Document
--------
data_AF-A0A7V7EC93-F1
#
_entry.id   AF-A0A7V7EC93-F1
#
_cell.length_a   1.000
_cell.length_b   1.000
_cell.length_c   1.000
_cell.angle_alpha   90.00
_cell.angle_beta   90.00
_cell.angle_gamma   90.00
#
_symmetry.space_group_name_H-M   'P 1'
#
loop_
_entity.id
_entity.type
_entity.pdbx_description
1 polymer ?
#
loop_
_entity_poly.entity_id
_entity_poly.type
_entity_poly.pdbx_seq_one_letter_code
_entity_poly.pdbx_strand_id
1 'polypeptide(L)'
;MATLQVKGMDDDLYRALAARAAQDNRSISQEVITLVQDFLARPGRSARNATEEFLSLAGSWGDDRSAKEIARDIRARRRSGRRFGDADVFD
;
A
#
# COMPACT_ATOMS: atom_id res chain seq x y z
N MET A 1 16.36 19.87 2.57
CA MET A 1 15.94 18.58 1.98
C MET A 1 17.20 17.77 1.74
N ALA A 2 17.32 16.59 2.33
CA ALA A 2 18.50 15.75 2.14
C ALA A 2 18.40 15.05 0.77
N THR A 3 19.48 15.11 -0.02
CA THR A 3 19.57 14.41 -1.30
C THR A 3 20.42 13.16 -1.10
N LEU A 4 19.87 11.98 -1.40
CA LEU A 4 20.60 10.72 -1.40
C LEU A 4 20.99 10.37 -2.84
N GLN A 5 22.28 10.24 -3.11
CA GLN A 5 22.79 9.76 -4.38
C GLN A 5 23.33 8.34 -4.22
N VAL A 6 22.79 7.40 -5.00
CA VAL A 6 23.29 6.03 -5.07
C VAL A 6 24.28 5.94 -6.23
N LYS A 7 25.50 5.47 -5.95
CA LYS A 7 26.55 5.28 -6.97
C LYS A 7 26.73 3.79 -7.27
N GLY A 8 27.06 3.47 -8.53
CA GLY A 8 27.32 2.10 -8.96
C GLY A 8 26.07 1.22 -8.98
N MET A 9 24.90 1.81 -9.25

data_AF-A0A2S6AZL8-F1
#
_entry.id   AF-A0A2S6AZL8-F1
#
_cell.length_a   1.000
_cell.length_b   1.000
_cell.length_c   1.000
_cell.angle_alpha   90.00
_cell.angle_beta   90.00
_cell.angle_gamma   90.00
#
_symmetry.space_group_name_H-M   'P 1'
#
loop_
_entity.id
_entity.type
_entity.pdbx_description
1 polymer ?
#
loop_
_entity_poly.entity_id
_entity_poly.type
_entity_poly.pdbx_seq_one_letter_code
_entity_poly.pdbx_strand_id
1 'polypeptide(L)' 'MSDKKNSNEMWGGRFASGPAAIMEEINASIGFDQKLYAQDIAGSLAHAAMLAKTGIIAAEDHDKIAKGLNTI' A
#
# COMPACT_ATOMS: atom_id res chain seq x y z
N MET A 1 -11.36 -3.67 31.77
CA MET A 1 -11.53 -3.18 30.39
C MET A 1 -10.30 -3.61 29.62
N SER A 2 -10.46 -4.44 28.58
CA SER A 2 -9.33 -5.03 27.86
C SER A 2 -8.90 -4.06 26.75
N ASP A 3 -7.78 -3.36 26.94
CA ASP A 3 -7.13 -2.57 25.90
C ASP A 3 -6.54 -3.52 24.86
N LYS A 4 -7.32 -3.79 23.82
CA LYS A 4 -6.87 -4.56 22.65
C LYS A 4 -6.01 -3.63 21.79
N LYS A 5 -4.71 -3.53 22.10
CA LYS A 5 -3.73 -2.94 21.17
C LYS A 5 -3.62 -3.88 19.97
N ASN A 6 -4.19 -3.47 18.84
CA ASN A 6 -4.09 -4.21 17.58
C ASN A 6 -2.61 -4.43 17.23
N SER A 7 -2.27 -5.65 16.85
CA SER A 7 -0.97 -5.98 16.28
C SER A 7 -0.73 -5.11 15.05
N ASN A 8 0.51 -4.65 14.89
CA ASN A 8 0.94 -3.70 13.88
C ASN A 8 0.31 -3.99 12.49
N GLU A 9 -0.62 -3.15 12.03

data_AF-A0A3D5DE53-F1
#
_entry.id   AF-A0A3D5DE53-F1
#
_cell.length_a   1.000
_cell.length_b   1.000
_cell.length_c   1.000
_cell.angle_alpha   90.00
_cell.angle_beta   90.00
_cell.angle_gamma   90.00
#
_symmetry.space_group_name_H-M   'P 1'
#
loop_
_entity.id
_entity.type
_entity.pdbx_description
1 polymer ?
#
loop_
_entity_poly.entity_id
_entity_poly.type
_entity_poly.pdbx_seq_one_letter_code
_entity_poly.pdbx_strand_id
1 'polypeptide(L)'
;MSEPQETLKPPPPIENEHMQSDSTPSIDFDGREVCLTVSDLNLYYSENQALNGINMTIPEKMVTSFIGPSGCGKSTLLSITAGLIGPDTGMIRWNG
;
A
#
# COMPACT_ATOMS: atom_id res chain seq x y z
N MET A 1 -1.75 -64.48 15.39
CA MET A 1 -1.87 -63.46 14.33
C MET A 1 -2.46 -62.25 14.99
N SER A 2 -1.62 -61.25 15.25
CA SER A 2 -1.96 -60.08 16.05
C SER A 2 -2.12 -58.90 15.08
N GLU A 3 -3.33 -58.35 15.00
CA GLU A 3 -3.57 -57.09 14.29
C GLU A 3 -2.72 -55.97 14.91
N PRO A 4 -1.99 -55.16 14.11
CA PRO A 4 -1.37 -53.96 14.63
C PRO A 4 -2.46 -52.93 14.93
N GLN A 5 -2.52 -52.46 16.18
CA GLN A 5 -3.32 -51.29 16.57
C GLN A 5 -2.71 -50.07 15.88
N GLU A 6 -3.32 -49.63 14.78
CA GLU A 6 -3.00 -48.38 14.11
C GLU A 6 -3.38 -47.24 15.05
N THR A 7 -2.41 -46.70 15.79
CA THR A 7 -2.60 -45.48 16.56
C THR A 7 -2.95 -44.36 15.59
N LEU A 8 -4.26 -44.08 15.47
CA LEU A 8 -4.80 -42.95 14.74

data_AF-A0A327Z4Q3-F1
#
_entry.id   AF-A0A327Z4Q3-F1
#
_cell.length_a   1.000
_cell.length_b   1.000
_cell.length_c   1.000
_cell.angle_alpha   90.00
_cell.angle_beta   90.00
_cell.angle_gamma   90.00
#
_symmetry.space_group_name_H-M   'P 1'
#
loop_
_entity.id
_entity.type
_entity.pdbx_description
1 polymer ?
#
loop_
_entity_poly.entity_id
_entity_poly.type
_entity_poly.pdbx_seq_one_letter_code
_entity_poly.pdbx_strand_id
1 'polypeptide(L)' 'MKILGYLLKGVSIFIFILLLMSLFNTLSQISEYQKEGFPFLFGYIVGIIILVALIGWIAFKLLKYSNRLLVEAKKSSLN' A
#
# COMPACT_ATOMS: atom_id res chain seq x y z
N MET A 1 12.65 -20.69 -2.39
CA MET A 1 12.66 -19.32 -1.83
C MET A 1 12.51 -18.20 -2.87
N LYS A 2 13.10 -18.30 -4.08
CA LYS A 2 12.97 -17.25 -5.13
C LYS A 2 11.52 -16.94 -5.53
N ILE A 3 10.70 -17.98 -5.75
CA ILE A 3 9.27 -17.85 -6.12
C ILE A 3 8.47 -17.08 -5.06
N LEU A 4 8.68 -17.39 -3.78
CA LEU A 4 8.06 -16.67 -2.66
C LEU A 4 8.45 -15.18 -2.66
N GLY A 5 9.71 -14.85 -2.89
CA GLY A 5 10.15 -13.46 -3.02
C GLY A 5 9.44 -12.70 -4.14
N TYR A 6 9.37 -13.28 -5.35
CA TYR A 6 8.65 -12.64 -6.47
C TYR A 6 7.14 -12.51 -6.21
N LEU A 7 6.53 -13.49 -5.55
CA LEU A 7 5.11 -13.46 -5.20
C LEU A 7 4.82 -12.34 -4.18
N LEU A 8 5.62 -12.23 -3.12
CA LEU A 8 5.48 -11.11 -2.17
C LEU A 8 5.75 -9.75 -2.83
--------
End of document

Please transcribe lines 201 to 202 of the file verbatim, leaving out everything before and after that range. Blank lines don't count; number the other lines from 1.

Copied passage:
CA GLY A 5 10.15 -13.46 -3.02
C GLY A 5 9.44 -12.70 -4.14